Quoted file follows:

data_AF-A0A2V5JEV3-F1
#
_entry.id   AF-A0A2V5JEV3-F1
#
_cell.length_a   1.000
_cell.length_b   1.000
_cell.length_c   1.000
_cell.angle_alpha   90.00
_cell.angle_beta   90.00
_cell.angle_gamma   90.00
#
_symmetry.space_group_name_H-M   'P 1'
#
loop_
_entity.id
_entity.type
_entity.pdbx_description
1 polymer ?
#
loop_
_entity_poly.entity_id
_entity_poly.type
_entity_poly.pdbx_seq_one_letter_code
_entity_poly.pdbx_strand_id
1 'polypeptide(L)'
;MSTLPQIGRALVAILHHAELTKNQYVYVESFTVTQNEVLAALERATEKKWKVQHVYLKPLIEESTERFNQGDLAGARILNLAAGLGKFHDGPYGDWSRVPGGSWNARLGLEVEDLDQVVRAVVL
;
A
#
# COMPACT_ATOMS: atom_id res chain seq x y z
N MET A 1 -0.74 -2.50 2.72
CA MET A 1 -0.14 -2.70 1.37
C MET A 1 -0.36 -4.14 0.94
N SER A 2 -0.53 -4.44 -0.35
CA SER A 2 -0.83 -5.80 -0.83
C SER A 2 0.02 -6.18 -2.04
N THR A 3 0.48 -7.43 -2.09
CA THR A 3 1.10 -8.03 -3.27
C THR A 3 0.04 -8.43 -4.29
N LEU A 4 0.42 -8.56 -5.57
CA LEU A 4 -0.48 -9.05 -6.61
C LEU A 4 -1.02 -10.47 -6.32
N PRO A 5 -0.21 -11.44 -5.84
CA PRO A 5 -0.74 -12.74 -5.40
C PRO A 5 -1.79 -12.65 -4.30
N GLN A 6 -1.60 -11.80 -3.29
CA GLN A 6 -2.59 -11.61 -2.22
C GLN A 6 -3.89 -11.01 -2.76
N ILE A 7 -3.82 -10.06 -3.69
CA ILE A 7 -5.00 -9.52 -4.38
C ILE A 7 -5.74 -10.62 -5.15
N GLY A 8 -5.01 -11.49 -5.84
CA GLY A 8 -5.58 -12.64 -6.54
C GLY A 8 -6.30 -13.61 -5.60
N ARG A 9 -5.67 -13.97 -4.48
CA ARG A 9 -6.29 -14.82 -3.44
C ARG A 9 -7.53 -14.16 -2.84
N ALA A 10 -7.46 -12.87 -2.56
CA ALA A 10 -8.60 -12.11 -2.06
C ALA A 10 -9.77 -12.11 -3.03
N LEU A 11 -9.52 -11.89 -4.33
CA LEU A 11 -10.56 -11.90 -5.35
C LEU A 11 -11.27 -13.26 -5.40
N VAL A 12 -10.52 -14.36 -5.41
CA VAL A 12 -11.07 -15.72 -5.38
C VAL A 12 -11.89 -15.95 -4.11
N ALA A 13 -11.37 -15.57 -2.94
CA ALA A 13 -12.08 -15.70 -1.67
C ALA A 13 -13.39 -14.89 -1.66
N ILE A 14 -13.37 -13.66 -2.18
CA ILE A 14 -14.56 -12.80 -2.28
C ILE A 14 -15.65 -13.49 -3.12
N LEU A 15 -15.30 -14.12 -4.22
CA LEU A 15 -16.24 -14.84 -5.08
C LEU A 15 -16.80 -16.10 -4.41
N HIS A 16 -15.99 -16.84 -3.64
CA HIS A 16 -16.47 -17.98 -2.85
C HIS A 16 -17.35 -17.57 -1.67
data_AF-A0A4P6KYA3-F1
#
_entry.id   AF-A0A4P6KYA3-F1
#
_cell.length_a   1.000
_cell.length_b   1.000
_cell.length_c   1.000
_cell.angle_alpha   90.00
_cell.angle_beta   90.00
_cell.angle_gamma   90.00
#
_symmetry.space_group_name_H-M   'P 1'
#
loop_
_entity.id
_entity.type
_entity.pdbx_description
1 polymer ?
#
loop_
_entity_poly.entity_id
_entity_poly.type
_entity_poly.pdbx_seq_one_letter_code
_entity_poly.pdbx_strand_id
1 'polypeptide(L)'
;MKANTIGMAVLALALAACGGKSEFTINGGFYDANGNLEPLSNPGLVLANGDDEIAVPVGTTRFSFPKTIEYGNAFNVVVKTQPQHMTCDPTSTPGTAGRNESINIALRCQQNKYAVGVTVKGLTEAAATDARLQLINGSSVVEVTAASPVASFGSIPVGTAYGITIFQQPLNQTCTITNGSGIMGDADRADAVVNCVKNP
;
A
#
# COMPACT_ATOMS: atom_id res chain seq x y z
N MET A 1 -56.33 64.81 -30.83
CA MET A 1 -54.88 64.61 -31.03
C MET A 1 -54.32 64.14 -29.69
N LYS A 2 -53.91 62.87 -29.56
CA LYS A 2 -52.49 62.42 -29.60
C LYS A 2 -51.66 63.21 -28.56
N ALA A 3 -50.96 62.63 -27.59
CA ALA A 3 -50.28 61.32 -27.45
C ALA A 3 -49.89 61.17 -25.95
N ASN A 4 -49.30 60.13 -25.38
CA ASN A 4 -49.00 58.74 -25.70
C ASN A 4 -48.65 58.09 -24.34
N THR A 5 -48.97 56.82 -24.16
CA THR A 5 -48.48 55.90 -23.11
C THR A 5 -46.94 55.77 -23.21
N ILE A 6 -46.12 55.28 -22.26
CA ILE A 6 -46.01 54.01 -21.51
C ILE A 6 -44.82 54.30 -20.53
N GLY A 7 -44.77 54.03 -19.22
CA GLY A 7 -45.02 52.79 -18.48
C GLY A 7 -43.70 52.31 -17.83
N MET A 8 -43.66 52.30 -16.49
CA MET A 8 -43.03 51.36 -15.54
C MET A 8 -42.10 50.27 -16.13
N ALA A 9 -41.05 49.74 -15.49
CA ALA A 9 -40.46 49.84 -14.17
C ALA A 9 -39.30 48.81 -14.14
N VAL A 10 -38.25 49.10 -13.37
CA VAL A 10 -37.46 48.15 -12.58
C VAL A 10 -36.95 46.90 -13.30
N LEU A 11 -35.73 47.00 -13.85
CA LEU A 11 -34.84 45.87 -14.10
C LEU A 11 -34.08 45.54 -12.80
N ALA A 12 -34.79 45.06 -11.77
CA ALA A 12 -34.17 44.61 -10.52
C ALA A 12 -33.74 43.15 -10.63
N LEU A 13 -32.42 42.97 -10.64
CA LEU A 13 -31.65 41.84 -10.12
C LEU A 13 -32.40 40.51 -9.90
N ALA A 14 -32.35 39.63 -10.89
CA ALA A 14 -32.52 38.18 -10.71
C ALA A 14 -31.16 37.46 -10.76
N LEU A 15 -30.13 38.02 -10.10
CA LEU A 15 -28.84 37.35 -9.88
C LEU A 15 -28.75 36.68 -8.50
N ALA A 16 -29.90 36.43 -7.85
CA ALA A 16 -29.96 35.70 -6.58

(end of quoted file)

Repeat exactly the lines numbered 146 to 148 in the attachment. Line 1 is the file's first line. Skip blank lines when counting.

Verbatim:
CA LEU A 13 -31.65 41.84 -10.12
C LEU A 13 -32.40 40.51 -9.90
N ALA A 14 -32.35 39.63 -10.89